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Support for Life-shortening Conditions — [Andrew Percy in the Chair]

Part of the debate – in Westminster Hall at 10:18 am on 7th June 2016.

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Photo of Kirsty Blackman Kirsty Blackman Shadow SNP Spokesperson (House of Lords) 10:18 am, 7th June 2016

I absolutely agree; that is something that the Government could do better. Again, that is not just the Westminster Government; it is an issue for Governments across the UK. It is very difficult when a family is suddenly thrown into a situation where they have a child who requires an incredible amount of support. They are trying to find out about children’s hospices and medical support and trying to work out what condition their child has. They are trying to swim through all that while keeping the family financially afloat. If the Government have not been proactive in providing and signposting all that support, it is even more difficult for families already dealing with an incredibly difficult situation. As Jason McCartney said, in a lot of cases they have to do it with next to no sleep. The situation is almost impossible, and it is incumbent on us to ensure that we do all we can to help those families.

I want to touch on a couple of other points that Members have mentioned. Antoinette Sandbach mentioned the importance of families having a break and respite. I underline the point made earlier that children’s hospices are not like adult ones. They provide support from diagnosis, or from the time when it is realised that the child may not survive childhood. Some 75% of the support provided by children’s hospices is through short breaks. We cannot overstate the difference between adult hospices and children’s hospices. There is a requirement that the Government provide them with different levels of statutory support, because they are a totally different kettle of fish.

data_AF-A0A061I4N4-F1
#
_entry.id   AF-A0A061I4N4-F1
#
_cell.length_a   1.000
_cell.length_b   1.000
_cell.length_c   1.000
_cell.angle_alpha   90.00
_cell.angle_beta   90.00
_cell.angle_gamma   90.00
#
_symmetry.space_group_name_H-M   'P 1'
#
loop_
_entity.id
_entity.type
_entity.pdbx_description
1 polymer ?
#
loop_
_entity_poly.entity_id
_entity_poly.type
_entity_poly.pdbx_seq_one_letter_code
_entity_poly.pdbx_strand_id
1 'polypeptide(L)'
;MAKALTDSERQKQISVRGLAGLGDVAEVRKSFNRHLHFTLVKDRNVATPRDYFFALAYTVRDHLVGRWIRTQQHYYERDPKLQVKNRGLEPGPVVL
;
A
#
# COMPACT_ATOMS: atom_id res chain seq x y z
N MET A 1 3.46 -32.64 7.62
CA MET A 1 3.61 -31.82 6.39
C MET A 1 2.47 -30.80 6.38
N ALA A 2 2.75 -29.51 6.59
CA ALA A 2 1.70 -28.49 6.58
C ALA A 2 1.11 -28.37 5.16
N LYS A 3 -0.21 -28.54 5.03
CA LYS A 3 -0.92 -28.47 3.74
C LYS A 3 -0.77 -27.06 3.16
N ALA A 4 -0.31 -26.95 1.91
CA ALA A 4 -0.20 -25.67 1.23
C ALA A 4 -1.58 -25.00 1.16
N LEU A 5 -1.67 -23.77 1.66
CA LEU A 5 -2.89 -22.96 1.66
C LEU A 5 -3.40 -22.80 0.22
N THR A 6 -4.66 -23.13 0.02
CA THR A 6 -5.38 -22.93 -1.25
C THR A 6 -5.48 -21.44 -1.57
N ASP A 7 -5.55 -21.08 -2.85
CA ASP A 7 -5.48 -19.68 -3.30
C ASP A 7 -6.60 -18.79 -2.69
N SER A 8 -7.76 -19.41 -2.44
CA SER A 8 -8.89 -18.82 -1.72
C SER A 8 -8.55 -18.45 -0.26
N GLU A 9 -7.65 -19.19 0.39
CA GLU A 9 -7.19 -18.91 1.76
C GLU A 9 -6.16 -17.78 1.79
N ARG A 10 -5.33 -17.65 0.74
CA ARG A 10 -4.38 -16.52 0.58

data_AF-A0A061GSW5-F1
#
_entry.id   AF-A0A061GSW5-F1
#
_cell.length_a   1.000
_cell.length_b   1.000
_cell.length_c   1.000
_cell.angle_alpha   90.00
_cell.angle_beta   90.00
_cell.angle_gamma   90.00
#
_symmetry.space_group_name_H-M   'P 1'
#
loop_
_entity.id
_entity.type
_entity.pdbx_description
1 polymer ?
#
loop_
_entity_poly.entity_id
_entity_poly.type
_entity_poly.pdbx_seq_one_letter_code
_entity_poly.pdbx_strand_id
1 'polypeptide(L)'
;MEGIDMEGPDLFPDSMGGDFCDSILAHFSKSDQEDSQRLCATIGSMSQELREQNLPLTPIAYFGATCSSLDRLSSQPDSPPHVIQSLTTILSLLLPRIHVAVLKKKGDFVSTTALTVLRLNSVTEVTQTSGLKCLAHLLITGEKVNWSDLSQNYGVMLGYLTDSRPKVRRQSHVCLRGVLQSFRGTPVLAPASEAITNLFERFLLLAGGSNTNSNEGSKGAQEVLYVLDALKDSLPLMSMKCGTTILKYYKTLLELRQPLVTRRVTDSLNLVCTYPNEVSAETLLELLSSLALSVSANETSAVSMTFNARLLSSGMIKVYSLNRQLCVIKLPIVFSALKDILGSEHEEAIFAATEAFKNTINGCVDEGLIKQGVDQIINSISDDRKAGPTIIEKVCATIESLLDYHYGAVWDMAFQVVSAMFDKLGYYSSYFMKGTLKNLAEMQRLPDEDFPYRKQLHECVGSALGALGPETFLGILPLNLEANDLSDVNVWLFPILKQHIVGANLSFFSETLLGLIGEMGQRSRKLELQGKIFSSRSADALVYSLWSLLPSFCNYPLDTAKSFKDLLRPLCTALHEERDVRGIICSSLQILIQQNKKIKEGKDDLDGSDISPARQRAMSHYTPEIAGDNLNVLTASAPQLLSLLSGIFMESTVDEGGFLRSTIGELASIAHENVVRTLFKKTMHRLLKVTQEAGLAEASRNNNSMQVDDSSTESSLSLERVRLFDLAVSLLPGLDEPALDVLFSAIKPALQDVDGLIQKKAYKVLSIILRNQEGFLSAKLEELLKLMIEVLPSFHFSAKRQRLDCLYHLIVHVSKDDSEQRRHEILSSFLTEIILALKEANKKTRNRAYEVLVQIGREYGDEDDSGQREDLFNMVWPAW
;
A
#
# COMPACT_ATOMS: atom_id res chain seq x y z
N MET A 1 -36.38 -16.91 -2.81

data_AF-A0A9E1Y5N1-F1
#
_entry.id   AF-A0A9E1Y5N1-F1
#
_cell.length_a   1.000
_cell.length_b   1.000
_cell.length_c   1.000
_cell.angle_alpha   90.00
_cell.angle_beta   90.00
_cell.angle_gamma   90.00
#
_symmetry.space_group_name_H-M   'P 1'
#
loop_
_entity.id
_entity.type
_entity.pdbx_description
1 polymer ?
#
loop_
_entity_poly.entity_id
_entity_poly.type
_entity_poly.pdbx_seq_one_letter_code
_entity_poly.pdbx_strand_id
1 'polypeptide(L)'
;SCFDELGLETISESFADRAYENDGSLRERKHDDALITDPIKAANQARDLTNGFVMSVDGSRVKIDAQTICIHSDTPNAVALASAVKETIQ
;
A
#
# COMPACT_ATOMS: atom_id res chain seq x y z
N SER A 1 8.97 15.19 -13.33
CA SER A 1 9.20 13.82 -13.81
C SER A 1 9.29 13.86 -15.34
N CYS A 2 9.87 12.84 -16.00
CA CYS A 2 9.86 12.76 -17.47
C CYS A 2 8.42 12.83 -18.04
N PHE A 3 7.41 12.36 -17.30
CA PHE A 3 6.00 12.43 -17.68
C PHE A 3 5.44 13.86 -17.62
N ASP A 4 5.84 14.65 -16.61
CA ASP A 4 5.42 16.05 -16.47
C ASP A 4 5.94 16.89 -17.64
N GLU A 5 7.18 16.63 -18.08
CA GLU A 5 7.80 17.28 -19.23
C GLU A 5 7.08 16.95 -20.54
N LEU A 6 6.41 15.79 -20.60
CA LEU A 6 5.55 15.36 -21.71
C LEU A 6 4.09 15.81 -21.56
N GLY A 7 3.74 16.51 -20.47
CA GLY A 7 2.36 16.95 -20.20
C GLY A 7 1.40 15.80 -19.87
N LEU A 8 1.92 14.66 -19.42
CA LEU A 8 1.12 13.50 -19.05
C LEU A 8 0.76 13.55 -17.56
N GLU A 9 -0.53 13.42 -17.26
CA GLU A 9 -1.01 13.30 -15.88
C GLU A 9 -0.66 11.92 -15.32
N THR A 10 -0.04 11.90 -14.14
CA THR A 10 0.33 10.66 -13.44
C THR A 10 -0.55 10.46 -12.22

The children we are talking about have 24/7 care needs, as a number of Members have mentioned. The importance of respite care cannot be overstated. The hon. Lady and Jim Shannon mentioned sharing the knowledge we have of best practice in the devolved nations and spreading what works. One problem we have in Scotland is the lack of children’s hospice care. We have only two children’s hospices in Scotland, and they have a total of about 15 beds. Families in my constituency have to do a 200-mile round trip to access a hospice, and that is on the weekends that work for the hospice, because there is such a big waiting list. I do not think that is appropriate. We need to work on that. In previous years and decades gone by, it was not necessarily so much of an issue, because there were fewer such children and families. It is now increasingly becoming an issue. That is why Charlie House in my constituency is working hard to get a hospice built in Aberdeen so that there is local access. As my hon. Friend the Member for Lanark and Hamilton East said, the Scottish Government are committed to trying to ensure that we have a geographic spread of services, as well as the spread of services needed for children with all the different conditions.

I appreciate the fact that we have had this debate so that we can discuss these matters, and I appreciate the feeling in the room about working together to try to find a way forward that helps everyone.

One point I will briefly mention, because it has been mentioned a number of times, is the issue of transport for those aged nought to three. That would be relatively easy for the Government to fix and would make a massive difference to the financial impact on families, particularly those who are struggling financially as it is. It would be a massive help.

Thank you, Mr Percy, for your chairmanship, and I once again thank the hon. Member for Pudsey for securing the debate.